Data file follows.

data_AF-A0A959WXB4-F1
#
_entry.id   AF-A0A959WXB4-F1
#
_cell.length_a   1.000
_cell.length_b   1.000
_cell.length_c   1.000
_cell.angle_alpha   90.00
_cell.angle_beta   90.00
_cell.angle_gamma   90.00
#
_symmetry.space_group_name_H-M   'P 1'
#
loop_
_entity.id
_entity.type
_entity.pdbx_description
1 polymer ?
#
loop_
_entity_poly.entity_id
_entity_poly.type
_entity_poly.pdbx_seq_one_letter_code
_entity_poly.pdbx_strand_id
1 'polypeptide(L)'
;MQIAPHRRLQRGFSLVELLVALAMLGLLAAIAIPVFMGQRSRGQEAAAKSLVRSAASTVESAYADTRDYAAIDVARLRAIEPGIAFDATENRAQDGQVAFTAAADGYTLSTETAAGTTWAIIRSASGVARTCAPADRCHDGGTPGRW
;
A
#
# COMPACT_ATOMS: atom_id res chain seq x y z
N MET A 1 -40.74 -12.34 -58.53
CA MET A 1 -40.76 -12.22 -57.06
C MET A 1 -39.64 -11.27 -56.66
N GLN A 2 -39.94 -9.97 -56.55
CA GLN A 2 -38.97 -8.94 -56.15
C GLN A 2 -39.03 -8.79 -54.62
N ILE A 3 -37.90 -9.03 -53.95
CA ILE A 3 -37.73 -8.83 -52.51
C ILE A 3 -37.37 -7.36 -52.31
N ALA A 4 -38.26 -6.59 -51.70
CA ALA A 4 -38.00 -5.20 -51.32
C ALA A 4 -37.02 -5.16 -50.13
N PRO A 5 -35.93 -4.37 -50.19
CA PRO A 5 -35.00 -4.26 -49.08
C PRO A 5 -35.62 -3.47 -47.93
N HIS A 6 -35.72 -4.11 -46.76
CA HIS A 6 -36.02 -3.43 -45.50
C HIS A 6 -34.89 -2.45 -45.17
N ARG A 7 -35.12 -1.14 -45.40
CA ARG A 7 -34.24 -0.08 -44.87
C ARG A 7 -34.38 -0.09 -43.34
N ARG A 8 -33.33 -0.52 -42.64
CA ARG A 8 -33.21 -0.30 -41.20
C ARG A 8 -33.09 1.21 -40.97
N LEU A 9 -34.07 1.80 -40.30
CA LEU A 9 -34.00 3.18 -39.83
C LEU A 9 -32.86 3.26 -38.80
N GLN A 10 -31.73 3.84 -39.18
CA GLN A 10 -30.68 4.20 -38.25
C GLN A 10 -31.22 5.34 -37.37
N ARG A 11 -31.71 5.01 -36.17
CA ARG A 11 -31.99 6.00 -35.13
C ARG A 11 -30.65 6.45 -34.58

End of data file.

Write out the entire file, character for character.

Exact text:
data_AF-A0A959WXB4-F1
#
_entry.id   AF-A0A959WXB4-F1
#
_cell.length_a   1.000
_cell.length_b   1.000
_cell.length_c   1.000
_cell.angle_alpha   90.00
_cell.angle_beta   90.00
_cell.angle_gamma   90.00
#
_symmetry.space_group_name_H-M   'P 1'
#
loop_
_entity.id
_entity.type
_entity.pdbx_description
1 polymer ?
#
loop_
_entity_poly.entity_id
_entity_poly.type
_entity_poly.pdbx_seq_one_letter_code
_entity_poly.pdbx_strand_id
1 'polypeptide(L)'
;MQIAPHRRLQRGFSLVELLVALAMLGLLAAIAIPVFMGQRSRGQEAAAKSLVRSAASTVESAYADTRDYAAIDVARLRAIEPGIAFDATENRAQDGQVAFTAAADGYTLSTETAAGTTWAIIRSASGVARTCAPADRCHDGGTPGRW
;
A
#
# COMPACT_ATOMS: atom_id res chain seq x y z
N MET A 1 -40.74 -12.34 -58.53
CA MET A 1 -40.76 -12.22 -57.06
C MET A 1 -39.64 -11.27 -56.66
N GLN A 2 -39.94 -9.97 -56.55
CA GLN A 2 -38.97 -8.94 -56.15
C GLN A 2 -39.03 -8.79 -54.62
N ILE A 3 -37.90 -9.03 -53.95
CA ILE A 3 -37.73 -8.83 -52.51
C ILE A 3 -37.37 -7.36 -52.31
N ALA A 4 -38.26 -6.59 -51.70
CA ALA A 4 -38.00 -5.20 -51.32
C ALA A 4 -37.02 -5.16 -50.13
N PRO A 5 -35.93 -4.37 -50.19
CA PRO A 5 -35.00 -4.26 -49.08
C PRO A 5 -35.62 -3.47 -47.93
N HIS A 6 -35.72 -4.11 -46.76
CA HIS A 6 -36.02 -3.43 -45.50
C HIS A 6 -34.89 -2.45 -45.17
N ARG A 7 -35.12 -1.14 -45.40
CA ARG A 7 -34.24 -0.08 -44.87
C ARG A 7 -34.38 -0.09 -43.34
N ARG A 8 -33.33 -0.52 -42.64
CA ARG A 8 -33.21 -0.30 -41.20
C ARG A 8 -33.09 1.21 -40.97
N LEU A 9 -34.07 1.80 -40.30
CA LEU A 9 -34.00 3.18 -39.83
C LEU A 9 -32.86 3.26 -38.80
N GLN A 10 -31.73 3.84 -39.18
CA GLN A 10 -30.68 4.20 -38.25
C GLN A 10 -31.22 5.34 -37.37
N ARG A 11 -31.71 5.01 -36.17
CA ARG A 11 -31.99 6.00 -35.13
C ARG A 11 -30.65 6.45 -34.58